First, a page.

Oxenfree II: Lost Signals delivers what I have wanted out of a sequel seven years after the first game’s release. Although its overarching A-to-C narrative feels like it is missing a “B” in the journey, I’m impressed with most of what Oxenfree II accomplishes. It brings back the original’s simple but charming radio mechanics, adds a walkie-talkie that expands the world around protagonist Riley, and, most importantly, features incredibly well-written and believable characters. While Oxenfree II’s paranormal events are spooky and cold, the cast is warm, bright, and complex, and the entire package feels like an ‘80s summer romp.
If Oxenfree, developed by Netflix-owned Night School Studio, is about teenagers in the idealized 1980s popularized by Hollywood with series like Netflix’s own Stranger Things, then Oxenfree II is about the lesser-seen adults dealing with their mess afterward. Set five years after the original game, Riley arrives in her hometown of Camena for day one of a new environmental research job. She grew up here and left for reasons you discover in the story, only to find herself returning as a 30-something-year-old for work.
She soon meets Evelyn, a coworker working 20 miles away who shows her the ropes, and Jacob, her now-colleague. After placing a transmitter high on the island, things go awry quickly, and a familiar triangular prism appears over the sky of Oxenfree’s Edwards Island, visible in the distance of Camena. And this isn’t good, so Riley and Jacob set off to end it. As the duo explores more of Camena, trekking through abandoned mines and caves, climbing up cliff sides, and sprinting across moonlit beaches, they discover a cult, angsty teenagers stubborn in their decisions, ghostly apparitions, some familiar faces, and more. I thoroughly enjoy every hike to the following transmitter location because it always leads to more dialogue between Riley, Jacob, and the various people of Camena that Riley can talk to using a walkie-talkie.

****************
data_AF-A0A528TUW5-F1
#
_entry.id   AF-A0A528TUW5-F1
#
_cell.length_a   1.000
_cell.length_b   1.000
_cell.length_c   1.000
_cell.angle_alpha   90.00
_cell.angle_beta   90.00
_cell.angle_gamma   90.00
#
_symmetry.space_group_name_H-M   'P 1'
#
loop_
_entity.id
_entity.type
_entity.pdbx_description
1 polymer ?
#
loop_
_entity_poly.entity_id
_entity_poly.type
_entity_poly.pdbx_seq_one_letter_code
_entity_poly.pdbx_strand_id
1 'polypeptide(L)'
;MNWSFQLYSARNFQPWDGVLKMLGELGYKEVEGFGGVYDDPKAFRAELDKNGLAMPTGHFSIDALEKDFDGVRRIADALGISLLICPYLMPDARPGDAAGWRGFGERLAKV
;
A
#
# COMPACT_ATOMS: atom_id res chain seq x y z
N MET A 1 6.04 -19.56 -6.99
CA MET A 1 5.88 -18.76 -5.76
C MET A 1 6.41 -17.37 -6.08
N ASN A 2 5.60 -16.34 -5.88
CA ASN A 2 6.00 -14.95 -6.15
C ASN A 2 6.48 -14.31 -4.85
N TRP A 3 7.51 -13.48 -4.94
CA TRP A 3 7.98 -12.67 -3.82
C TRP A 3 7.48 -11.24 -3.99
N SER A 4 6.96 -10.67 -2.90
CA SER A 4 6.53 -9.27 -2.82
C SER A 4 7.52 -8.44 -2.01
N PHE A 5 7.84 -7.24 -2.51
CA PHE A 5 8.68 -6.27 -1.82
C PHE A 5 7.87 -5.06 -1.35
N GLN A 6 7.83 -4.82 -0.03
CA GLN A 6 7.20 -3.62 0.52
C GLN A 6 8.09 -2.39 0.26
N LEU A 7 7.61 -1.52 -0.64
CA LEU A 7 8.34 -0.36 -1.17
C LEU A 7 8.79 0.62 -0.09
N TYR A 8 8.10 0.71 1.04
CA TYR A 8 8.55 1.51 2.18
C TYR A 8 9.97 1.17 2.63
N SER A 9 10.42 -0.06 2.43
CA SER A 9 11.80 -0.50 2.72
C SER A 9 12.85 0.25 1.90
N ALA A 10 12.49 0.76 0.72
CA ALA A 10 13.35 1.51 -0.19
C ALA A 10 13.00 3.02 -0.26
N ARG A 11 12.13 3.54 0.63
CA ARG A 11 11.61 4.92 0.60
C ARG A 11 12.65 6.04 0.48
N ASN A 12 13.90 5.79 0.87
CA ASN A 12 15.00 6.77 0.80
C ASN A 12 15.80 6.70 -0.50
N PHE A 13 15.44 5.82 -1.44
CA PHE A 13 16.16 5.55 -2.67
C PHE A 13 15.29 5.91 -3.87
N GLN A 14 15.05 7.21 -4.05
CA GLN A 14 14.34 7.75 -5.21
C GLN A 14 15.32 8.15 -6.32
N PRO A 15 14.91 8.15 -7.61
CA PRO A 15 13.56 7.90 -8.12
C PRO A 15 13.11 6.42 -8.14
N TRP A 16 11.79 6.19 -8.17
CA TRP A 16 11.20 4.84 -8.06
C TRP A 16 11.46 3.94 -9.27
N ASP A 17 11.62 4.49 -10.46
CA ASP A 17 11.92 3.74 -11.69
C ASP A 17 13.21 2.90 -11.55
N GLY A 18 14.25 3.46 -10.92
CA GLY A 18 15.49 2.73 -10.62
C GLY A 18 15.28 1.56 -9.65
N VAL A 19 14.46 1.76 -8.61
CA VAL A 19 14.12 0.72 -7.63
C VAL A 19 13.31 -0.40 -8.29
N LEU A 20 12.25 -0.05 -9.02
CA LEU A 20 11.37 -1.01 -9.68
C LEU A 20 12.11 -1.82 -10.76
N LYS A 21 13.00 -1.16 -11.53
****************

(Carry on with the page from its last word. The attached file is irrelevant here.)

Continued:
Mechanically, Oxenfree II plays just like its predecessor. You explore an island; pick dialogue options that paint the protagonist as sarcastic, kind, or cold; and solve simple puzzles using a radio. The walkie-talkie is technically a new mechanic, but it’s mostly just another avenue for dialogue. I don’t mind the lack of mechanic innovation in the sequel, but if Oxenfree’s heavy focus on narrative and light gameplay turn you off, this game might do the same. Just be wary when quitting the game, as terrible checkpointing without a clear save function caused me to replay several sections, dampening my excitement from playing them the first time.
I can’t express enough how much I enjoy the conversations between every character. Not only are they well-written, filled with romanticized language designed to get you in your feelings, but the voice cast delivers sincerity in every line. Riley and Jacob are the clear standouts, and learning at the end that it’s possible not to befriend Jacob in the game was bewildering. Jacob feels intrinsically tied to the story as the light guiding Riley through the night’s mysterious journey and her mind’s attempted takedown of who she is at her core. In more ways than one, Oxenfree II is a story of discovery: of the paranormal, spooky plans conceived by desperate teenagers, and who these characters want to be after the night’s events.
I especially love Oxenfree II’s more mature tone and story because it bucks the trend of adults who think they know what’s best for teenagers. Instead, it lets players decide how Riley and Jacob treat them, and that freedom leads to some surprising twists. These excellent conversations and twists are the highlight of the narrative experience for me, but the overarching story falls somewhat flat, not because I don’t enjoy what it has to say, but because it feels rushed, almost as if it’s missing a second act. Oxenfree II feels methodically slow and then, all at once, desperate to end, and it’s jarring.
Oxenfree II doesn’t shake up what its predecessor did in 2016, but it delivers more of the excellent writing and charm I expect from Night School Studio. While it’s light on gameplay beyond traversal, it’s done in service of the characters. After 10 hours with this cast, I want more, but I’m happy with where this story ends and how my choices shaped that ending. Despite bad checkpointing and a swift rush to the end after an overly long setup, this return feels earned and essential, with a message that resonates far more than Oxenfree’s. With Oxenfree II behind me, I’m thrilled Night School Studio delivered something special more than seven years away from this world.
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Oxenfree II: Lost Signals
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